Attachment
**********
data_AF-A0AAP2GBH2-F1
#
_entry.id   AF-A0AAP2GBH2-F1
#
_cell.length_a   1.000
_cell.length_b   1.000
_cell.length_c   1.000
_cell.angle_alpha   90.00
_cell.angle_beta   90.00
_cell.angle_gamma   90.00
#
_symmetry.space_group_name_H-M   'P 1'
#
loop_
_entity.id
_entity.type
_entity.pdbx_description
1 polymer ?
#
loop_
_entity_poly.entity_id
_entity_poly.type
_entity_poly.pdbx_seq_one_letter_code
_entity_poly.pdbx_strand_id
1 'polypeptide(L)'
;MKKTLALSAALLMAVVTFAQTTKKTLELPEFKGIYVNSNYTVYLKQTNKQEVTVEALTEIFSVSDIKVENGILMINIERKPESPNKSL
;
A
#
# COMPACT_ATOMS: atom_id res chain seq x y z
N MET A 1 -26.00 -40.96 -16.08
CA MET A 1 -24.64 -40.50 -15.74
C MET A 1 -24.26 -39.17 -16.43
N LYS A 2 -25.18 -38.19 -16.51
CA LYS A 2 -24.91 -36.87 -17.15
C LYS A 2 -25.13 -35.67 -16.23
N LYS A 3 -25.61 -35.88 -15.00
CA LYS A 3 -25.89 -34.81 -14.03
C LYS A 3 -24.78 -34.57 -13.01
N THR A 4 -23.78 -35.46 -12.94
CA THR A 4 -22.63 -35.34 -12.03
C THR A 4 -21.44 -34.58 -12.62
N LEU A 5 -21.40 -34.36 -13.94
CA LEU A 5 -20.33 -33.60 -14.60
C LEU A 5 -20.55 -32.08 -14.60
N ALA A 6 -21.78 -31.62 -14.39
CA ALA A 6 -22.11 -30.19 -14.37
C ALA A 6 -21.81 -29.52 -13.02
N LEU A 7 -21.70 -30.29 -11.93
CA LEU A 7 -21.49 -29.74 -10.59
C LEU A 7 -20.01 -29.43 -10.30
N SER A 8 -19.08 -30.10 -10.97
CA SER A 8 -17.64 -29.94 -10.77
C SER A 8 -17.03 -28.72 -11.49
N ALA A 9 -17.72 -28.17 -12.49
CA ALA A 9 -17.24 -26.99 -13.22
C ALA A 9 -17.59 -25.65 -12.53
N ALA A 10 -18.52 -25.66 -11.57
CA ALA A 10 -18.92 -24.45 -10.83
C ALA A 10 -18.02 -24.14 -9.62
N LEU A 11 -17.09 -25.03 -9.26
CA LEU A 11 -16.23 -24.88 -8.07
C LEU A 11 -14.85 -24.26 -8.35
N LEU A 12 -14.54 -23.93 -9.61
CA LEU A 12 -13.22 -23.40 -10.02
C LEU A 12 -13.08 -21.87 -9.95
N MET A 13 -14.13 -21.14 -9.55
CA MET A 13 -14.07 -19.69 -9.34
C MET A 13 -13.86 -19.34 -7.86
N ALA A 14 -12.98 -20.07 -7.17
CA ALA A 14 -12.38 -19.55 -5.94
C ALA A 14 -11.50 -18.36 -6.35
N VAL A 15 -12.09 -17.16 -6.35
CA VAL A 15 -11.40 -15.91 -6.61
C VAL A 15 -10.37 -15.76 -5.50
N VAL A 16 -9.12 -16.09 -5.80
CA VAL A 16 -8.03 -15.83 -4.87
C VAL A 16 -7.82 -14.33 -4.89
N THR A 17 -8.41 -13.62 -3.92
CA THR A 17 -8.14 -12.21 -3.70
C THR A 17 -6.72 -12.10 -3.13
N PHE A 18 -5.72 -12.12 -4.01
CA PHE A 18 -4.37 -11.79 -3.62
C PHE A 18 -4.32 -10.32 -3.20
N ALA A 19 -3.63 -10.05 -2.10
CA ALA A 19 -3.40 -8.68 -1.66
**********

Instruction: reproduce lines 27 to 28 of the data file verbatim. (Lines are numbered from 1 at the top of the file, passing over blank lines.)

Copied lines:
;
A